the Senate's Regulatory Reform Act is creating much controversy among
environmental groups and local governments there are two items in the
legislation that accomplish several of PENC's major legislative priorities.
SB 612 – Regulatory Reform Act of 2013
week, the Senate Commerce Committee approved sweeping legislation that would
expand efforts begun two years ago that would further reduce or streamline
burdensome regulations that are seen as onerous to business.
proposed committee substitute for Senate Bill 612, released only hours before
the committee meeting, would require cities and counties to repeal any rules
stricter than state or federal law. It would also require a list of
environmental oversight boards and agencies to repeal or rewrite any state rule
stricter than federal regulation on any given matter. Those agencies include
the Mining and Energy Commission, the Department of Environment and Natural
Resources, the Environmental Management Commission, the Commission for Public
Health, the Pesticide Board and the Coastal Resources, Marine Fisheries,
Wildlife Resources and Sedimentation Control commissions. The bill would also
do away with riparian buffers on private property throughout the Neuse and
Tar-Pamlico river basins. The bill would also permit demolition crews,
including those working on old power plants, to dispose of potentially toxic
materials on site, instead of transporting them to a landfill.
bill sponsors, Senators Harry Brown, Andrew Brock and Brent Jackson believe these
changes are necessary to create a state that is more business friendly. The committee approved the bill on a voice
vote that appeared to be on party lines. Its next stop is the Senate floor
sometime this week.
What Does this Mean for Engineers - Of
particular interest to Professional Engineers were the sections of the bill
allowing for fast track permitting for certain environmental permits and an
amendment that provided that a governmental entity (local and state government)
cannot require revisions to a Professional Engineer’s application or plan
unless the reviewer is a Professional Engineer or an Engineering Intern under
the responsible charge of a Professional Engineer. PENC supports both of these provisions as a
way to streamline the permitting process and create more regulatory
Fast Track Permitting – The bill
directs NCDENR to develop minimum design criteria for stormwater runoff
permitting programs and for erosion and sedimentation control plans. The fast-track permitting process would not
include a technical review if the applicant i) complies with the minimum design
criteria and ii) submits an application sealed by the appropriate licensed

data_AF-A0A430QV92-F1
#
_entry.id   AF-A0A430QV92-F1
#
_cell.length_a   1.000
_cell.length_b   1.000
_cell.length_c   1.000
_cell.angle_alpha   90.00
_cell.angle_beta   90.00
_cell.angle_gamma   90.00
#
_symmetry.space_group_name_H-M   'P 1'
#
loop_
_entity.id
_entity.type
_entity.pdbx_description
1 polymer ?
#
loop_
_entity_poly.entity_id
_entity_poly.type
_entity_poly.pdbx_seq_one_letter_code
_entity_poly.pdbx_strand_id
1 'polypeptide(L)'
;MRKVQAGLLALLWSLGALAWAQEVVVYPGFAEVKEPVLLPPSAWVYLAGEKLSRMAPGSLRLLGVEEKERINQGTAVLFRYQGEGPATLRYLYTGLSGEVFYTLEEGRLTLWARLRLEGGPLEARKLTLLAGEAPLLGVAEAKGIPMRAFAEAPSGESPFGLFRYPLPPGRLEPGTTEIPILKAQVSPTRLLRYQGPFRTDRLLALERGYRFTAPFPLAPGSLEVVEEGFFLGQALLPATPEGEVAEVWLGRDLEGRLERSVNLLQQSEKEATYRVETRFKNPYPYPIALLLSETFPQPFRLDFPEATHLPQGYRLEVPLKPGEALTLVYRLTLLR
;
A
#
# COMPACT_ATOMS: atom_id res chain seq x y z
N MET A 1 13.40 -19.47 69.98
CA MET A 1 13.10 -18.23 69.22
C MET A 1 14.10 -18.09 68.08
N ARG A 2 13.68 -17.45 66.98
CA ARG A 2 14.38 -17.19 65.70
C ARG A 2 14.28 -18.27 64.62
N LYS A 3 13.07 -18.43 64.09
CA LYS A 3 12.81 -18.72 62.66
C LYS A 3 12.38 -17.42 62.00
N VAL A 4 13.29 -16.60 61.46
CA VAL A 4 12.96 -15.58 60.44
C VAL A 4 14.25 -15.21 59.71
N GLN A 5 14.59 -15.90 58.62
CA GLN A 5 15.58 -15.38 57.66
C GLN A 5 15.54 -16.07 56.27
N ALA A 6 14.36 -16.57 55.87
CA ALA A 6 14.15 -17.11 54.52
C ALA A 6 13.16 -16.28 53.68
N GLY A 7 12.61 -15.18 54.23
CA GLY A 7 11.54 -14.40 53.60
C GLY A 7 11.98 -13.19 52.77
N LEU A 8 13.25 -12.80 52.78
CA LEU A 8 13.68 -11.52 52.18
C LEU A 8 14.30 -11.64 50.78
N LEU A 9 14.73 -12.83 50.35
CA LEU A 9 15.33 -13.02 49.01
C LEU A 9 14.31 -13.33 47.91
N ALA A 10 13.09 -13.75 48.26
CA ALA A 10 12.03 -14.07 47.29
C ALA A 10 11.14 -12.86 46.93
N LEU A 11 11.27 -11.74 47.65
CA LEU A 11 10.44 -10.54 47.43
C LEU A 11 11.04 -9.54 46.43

professional. NCDENR is instructed to
consult with a technical working group to develop the MDC and submit their
results to the EMC by March 1, 2014.
NCDENR is further directed to identify other permitting programs for
which the fast track permitting process would be appropriate and report to the
ERC by May 1, 2014. PENC expects to be involved with the technical working group that will
develop the MDC requirements.
Chris Millis, PE, has introduced a companion bill with similar requirements.
PE Review of PE Work - One of
PENC’s major Regulatory Reform initiatives has been to allow the Professional
Engineer to truly stand behind the work they do on behalf of governmental
entities by reducing the sometimes unnecessary review work done by individuals
who are not Professional Engineers and, therefore, not qualified to review or critique
the work of a licensed professional.
This language would prohibit the state and its political subdivisions
from requiring revisions to an application or plan that has been prepared by a
PE unless the reviewer is a PE or is an Engineering Intern under the
responsible charge of Professional Engineer.
Further, any required revisions that constitute the practice of
engineering would have to be provided by written notice to the permit applicant
and shall be signed by the PE reviewing or supervising the review of the
In Other News:
U.S. House candidate Carl Mumpower says he may leave the Republican party if
the GOP-controlled legislature approves a bill forcing some local governments
to give up control of their water systems. "The unprecedented use of
eminent domain to seize a city owned water system reveals a party power
structure indifferent to the principles upon which that party is founded,"
the former Asheville city councilman said in a statement. The water bill, as it
is commonly know, is controversial in Asheville. The city says it stands to
lose millions of dollars and control over development if its water system is
merged with a regional authority. City leaders say the legislation is
contributing to a $6 million budget gap that could mean closing popular
amenities like city pools, athletics and the WNC Nature Center. Republican
leaders expect the bill to pass. Republican Gov. Pat McCrory would then have to
sign it into law. Rep. Tim Moffitt, R-Asheville, the bill's primary sponsor,
said he agreed with recent amendments extending the legislation to other parts
of the state and helped craft them. House members from Wake and Mecklenburg had
the same concerns, he said. The bill would only apply to places that have a Metropolitan
Sewer District or are contemplating one. Those places include Asheville and at